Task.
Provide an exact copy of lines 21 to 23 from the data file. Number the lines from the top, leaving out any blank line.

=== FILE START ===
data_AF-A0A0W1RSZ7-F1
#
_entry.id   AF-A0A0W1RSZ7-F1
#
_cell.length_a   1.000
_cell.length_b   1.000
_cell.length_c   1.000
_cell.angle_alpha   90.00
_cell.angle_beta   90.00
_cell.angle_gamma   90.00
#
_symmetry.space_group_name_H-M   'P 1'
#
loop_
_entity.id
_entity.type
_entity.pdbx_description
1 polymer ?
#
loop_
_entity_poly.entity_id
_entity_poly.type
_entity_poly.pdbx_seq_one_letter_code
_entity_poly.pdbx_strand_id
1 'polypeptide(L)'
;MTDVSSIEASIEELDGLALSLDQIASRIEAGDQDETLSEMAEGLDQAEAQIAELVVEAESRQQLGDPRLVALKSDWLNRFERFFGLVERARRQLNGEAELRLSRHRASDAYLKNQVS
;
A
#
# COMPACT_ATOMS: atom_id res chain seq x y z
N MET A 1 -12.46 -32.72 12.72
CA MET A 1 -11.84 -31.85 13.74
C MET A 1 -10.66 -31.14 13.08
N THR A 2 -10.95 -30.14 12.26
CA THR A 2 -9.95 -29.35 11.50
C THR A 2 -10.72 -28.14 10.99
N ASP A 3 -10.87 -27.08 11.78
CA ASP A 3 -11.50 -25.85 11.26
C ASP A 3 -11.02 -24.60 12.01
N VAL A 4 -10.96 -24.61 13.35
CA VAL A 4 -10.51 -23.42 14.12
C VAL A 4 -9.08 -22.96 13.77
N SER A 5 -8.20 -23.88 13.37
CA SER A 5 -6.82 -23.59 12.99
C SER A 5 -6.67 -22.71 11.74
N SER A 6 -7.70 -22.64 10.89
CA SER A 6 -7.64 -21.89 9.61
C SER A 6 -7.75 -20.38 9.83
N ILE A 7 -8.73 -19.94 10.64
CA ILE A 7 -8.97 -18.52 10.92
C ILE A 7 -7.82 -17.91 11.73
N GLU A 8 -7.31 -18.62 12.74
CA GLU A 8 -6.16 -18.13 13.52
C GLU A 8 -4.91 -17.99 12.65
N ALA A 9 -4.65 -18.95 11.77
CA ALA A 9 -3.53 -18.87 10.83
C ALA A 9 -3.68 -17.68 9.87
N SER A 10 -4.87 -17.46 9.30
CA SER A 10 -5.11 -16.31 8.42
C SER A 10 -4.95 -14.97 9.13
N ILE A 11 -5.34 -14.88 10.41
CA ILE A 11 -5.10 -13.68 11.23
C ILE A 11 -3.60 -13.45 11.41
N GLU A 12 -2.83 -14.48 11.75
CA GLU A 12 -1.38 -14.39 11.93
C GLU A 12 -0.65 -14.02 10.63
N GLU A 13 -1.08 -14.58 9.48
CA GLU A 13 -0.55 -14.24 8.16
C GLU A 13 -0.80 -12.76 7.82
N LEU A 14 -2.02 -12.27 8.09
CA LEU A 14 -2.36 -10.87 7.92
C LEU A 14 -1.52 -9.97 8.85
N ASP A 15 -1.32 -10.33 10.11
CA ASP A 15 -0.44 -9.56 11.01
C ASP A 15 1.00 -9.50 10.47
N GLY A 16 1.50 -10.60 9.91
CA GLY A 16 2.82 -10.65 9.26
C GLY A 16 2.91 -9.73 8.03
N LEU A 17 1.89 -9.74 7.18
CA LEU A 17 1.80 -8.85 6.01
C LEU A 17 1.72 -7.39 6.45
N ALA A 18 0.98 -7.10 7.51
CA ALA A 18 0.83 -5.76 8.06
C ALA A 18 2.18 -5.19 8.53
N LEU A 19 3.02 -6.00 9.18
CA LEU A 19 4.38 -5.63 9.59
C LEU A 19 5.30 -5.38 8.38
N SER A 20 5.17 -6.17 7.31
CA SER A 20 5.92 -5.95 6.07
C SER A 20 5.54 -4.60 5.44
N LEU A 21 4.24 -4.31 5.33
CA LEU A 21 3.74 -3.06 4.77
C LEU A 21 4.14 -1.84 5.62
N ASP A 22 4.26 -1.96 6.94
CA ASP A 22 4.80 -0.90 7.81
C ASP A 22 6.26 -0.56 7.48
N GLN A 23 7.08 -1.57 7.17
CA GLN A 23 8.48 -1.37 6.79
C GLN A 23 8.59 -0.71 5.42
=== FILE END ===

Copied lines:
_entity_poly.entity_id
_entity_poly.type
_entity_poly.pdbx_seq_one_letter_code